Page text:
Think Freely Media presents Common Sense with Paul Jacob

Light Rail, Too Heavy for Developers

American city planners tend to obsess over trains. Though not nearly as economical as buses, light rail trains are regarded as the gold standard in public transportation.

But ten years after Portland established its westside line, just how bad an investment light rail can be is becoming clear. So argues John A. Charles, Jr., president of the Cascade Policy Institute.

The area’s light rail system is called MAX. The westside line put up in 1998 maxed out at $963 million. Taxpayers nationwide footed nearly three-quarters of the bill, which went through over the protests of the Federal Transit Authority.

The FTA didn’t like the route, because it was run through a lot of empty area. Why? Because planners hoped that developers would build high-density housing along the line, thus justifying the route as time went on. It was a grand experiment in metropolitan planning.

Metro planners then cajoled and forced various city governments to redo their zoning laws to make the high-density developments more train-dependent. They specified an extremely scarce supply of parking.

And the developers? They stayed away in droves. As a landowner put it, “it’s never been developed” because of that very “mandated lack of parking.”

Government geniuses might think they can force people into the types of communities that people don’t want, like people were lab rats. Peculiar thing is, folks just naively thinking they are free, tend not to jump aboard that train . . . so to speak.

This is Common Sense. I’m Paul Jacob.

By: Redactor


  1. This is the result of Socialism instead of a free market run by free people. They should have opted for a private system and they would have had better judgment than that provided by politicians and bureaucrats, none of whom have a financial interst in a good outcome. Capitalism works!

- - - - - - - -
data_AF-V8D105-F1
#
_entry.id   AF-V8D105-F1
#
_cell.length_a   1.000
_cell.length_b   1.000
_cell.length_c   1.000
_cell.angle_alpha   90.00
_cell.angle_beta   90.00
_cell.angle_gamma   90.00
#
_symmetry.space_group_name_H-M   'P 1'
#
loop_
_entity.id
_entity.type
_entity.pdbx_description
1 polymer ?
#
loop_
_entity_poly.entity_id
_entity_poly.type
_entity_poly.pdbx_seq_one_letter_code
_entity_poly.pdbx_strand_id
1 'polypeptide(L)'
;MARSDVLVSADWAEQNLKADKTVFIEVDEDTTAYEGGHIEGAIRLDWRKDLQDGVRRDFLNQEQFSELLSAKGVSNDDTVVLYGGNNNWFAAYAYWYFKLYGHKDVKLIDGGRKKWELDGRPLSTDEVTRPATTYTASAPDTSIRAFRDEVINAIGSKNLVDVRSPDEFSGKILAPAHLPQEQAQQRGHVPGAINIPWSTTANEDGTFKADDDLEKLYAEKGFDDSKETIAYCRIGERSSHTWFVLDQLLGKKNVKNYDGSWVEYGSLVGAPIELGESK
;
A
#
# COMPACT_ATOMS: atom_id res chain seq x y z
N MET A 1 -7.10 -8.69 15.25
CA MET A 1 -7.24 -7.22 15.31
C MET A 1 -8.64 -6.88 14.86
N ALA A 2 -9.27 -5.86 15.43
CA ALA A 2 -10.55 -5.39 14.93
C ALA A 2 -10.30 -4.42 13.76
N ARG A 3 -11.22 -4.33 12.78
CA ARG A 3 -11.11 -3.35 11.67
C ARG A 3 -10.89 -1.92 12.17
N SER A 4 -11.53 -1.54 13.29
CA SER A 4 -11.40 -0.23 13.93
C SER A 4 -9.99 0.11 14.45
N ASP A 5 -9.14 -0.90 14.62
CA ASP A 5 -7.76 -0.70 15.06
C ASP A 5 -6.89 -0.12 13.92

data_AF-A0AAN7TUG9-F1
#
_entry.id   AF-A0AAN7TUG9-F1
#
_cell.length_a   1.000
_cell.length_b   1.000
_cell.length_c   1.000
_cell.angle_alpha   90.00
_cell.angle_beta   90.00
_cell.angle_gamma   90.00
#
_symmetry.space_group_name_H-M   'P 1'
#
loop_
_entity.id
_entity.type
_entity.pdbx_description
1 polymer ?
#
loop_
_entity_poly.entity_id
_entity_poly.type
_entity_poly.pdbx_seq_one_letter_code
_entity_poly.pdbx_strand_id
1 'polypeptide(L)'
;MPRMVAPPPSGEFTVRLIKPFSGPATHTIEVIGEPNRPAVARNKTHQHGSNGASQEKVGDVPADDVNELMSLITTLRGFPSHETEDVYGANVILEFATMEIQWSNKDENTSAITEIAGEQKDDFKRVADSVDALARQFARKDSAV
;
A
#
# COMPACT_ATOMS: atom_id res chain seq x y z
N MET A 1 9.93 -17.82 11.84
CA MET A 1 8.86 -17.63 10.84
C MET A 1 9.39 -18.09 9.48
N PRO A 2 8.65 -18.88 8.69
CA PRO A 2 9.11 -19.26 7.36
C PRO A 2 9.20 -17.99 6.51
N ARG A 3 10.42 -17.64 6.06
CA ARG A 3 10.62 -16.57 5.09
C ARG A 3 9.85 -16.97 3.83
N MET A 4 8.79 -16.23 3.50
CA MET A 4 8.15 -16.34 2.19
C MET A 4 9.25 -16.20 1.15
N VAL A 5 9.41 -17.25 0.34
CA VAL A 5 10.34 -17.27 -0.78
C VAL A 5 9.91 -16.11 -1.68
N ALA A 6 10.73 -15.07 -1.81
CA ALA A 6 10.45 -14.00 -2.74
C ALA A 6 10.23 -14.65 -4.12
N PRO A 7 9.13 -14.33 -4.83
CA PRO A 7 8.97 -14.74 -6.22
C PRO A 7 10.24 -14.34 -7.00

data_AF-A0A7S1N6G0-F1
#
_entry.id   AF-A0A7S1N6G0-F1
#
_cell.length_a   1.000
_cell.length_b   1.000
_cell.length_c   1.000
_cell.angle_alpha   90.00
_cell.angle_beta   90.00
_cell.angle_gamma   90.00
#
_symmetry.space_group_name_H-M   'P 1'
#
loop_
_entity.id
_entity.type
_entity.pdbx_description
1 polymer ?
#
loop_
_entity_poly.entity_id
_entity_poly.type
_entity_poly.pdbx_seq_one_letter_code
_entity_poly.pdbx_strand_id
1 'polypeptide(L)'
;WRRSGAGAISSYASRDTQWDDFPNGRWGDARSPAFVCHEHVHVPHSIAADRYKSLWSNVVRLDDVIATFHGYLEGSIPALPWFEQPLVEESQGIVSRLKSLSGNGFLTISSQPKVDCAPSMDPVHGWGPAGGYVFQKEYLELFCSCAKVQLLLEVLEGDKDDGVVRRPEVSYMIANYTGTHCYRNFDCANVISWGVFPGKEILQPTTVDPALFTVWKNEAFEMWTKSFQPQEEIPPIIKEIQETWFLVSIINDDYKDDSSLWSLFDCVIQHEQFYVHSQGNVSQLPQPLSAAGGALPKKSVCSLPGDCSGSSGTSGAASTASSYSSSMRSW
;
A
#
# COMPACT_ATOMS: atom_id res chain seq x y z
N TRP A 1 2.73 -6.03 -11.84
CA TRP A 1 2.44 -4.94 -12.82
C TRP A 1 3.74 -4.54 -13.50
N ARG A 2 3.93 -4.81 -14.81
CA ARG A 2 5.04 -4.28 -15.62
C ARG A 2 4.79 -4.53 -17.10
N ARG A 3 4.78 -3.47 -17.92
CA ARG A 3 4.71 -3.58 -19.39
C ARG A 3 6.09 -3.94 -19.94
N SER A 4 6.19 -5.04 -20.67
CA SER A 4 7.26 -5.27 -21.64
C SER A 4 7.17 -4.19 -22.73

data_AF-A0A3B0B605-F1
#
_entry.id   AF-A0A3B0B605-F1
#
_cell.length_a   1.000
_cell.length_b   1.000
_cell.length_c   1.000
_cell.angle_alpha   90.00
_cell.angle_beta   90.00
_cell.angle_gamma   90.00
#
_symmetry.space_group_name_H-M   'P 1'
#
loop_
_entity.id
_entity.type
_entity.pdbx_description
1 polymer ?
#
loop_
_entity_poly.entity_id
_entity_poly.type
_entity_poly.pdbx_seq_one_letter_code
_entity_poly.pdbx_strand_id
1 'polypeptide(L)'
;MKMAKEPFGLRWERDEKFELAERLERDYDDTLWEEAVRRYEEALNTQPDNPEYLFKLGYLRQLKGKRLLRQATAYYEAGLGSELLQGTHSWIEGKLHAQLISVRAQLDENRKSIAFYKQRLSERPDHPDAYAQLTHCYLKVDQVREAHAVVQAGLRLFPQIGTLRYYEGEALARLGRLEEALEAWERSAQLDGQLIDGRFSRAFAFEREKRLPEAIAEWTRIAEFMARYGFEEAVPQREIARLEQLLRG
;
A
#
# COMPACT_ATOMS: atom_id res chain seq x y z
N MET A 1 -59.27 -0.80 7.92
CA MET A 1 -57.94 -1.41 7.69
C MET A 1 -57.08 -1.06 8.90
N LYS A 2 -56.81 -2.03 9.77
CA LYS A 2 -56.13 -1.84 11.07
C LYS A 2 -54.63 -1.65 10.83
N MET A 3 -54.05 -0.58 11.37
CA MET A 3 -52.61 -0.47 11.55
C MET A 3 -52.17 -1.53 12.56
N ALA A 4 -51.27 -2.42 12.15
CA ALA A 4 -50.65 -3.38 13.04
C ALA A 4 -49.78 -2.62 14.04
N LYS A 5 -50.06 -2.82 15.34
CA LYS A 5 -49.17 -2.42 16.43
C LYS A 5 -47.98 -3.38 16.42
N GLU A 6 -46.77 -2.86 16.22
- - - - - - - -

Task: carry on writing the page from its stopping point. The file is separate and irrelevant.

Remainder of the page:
2. mike says:

    I have a feeling that as socialism gets it’s roots deeper into our culture, that little fact you mentioned about people ‘not’ responding to stupid metro plans will be passe’. In our “Brave new world” we’ll live where we are told, or our federal ‘housing subsidy’ will be taken away. If we should rebel -with the new ‘public parasite’ laws- it’s the work camps for us! And they won’t resemble the WPA.

  3. Joe says:

    Is this a joke? Look at Dallas. Talk about successful Transit Oriented Development! There about twice return on the investment.

    And what are the alt natives? More pavement more traffic jams.

  4. Ken Howes says:

    You nailed the problem with mass transit planning as a whole. Bus or rail, urban mass transit has been seen not in terms of actual service to the people but in terms of social engineering.

    Almost every city’s mass transit routes are on the pie plate model–a whole bunch of lines running from the edge to the center. There is little or no effort to establish lines around the circumference. I live in Oak Lawn, Illinois. If I want to take mass transit to LaGrange, Illinois, there is no route connecting the two. I would have to take a bus or train into Chicago, then transfer onto a bus or train heading out to LaGrange–an hour and a half trip for something I can drive in twenty minutes, and presumably a bus, with its stops, would do in thirty.

    Why? Because politicians want people to go into the city and to try to push them to move back into the city. People moved to the suburbs to escape liberal social planning, so now the politicians are going to force them back, one way or another.

    Indeed, one wonders whether liberal politicians WANTED a mortgage crisis that would force people to go back to being renters in the city, back under the thumb of the urban machines and the public school teachers’ unions.

  5. Kenneth H. Fleischer says:

    A very apt commentary. Here in Los Angeles there is a color-coded “light rail” system in and going in, whether those taxed to pay for it wish it or not. I’ve read that the average cost, fully amortized, of a ride on the Red Line is $53, although the fare is between $1 and $2. Guess who pays for the boondoggle! It would have been cheaper, had the county just hired taxicabs for all of the riders.

  6. Rocky says:

    I have traveled extensively on the German and Netherlands public rail systems. They are packed with commuters. I suspect the problem is cultural We are accustomed to being able to jump into a ton of automobile carrying a single passenger or two directly from home to wherever. As personal travel expenses increase sufficiently, we will also walk to the nearest rail stop….
    Perhaps the rail promoters are simply well ahead of their time.

  7. Having grown up in Europe there are two rail systems Frieght and Passenger. The passenger lines are so smooth from not having to support the weight of cargo and that adds to the appeal.

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